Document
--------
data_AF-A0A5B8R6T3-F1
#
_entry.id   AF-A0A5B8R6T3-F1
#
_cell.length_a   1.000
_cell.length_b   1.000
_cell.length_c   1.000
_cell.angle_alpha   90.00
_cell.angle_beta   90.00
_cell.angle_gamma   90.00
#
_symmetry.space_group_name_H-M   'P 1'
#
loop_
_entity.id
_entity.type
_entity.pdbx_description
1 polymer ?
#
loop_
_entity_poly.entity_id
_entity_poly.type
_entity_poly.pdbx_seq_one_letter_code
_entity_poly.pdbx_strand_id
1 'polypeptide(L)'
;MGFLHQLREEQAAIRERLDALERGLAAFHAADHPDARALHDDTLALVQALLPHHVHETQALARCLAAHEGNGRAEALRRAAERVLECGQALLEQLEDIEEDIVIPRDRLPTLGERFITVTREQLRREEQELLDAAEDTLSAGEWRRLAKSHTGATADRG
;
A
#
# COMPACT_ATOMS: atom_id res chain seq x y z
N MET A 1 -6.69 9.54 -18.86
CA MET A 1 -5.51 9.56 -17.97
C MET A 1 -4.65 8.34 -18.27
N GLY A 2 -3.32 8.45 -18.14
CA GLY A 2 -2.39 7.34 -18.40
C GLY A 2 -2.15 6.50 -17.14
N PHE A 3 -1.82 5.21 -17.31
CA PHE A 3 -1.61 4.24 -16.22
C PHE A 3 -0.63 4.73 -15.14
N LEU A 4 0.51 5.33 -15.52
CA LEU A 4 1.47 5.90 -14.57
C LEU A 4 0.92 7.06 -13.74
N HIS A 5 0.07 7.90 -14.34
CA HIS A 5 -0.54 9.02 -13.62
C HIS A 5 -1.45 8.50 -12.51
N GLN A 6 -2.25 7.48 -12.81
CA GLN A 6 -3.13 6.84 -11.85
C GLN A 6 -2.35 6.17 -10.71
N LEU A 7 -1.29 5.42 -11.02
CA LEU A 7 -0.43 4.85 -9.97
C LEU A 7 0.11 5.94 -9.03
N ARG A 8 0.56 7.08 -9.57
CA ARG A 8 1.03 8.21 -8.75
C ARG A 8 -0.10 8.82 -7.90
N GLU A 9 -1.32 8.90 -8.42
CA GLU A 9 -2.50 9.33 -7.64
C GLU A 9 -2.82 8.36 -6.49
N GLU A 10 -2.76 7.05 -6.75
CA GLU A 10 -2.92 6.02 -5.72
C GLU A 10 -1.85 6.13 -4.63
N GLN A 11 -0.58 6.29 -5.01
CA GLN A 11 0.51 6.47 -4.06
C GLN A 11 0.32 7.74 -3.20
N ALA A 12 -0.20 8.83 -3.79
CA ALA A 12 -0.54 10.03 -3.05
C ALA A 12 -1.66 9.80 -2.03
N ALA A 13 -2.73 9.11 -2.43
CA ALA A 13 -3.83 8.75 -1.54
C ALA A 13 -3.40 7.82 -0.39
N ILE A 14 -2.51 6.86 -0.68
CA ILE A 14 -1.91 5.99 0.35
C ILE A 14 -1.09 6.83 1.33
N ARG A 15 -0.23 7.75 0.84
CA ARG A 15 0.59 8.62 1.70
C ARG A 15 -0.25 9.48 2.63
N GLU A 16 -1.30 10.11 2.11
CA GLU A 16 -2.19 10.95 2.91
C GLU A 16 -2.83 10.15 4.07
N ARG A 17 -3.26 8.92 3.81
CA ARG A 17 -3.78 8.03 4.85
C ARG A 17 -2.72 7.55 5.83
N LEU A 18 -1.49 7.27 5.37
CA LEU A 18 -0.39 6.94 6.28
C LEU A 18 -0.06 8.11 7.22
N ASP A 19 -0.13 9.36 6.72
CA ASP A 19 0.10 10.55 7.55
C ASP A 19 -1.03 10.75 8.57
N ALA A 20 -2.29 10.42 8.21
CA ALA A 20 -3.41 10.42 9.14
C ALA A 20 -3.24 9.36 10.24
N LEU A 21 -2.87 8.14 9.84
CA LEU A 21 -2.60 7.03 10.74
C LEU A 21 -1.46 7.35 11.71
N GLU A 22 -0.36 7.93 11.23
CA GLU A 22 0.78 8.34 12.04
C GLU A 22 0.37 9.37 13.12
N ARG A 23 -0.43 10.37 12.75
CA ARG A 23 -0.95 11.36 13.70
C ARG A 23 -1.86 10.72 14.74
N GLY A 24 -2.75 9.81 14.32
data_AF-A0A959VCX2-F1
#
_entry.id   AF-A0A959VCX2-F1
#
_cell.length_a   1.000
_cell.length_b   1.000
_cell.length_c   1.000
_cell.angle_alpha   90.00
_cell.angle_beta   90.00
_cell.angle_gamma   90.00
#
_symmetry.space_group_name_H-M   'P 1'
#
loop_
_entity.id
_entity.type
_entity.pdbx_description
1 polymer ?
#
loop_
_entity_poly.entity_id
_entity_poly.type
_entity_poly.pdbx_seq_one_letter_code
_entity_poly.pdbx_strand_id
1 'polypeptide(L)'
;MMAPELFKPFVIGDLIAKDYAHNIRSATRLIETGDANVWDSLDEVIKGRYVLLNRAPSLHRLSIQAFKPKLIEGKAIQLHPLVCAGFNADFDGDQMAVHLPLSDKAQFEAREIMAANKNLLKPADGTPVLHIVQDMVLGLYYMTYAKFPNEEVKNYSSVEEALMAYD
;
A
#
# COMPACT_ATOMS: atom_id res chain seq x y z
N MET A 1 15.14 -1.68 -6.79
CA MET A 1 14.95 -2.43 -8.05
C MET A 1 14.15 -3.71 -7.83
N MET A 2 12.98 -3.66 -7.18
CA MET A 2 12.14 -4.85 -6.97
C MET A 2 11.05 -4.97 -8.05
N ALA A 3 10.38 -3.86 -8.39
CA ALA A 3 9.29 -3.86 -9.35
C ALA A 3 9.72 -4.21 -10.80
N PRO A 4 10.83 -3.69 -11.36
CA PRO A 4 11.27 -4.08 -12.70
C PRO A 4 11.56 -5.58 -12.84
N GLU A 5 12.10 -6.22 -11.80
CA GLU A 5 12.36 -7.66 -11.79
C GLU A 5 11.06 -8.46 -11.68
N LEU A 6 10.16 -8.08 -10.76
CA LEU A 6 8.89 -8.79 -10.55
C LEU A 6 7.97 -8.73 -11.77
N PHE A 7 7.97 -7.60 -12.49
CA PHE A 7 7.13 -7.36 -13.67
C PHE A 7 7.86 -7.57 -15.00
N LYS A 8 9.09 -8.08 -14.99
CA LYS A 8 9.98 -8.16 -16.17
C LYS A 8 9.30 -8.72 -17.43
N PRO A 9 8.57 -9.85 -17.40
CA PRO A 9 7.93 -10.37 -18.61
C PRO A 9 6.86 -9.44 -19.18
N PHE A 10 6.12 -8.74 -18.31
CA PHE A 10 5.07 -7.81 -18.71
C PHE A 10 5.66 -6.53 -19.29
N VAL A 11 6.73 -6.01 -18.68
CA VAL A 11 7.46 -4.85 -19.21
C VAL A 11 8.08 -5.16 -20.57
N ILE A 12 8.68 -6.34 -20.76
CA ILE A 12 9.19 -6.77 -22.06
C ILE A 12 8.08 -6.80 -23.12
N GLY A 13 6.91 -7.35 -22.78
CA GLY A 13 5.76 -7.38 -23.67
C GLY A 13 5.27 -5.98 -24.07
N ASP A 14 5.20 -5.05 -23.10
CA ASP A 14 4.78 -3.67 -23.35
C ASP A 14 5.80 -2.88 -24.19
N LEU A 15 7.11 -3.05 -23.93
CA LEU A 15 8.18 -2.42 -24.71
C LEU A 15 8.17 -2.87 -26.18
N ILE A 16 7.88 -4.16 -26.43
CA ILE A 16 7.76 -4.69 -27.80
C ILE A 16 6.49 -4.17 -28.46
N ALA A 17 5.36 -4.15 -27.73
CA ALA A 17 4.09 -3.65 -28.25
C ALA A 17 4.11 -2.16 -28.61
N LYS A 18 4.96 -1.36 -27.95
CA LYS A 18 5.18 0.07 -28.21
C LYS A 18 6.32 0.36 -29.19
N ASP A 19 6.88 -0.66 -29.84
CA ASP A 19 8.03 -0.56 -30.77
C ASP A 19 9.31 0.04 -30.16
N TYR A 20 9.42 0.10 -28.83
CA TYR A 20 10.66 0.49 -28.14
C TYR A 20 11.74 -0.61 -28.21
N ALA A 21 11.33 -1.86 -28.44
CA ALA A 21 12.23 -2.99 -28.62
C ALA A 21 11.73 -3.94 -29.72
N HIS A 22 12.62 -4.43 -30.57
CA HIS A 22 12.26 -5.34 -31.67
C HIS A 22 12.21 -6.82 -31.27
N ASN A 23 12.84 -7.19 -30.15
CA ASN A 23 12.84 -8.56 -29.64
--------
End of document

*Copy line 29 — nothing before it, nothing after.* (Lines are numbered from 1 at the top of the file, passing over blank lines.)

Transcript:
#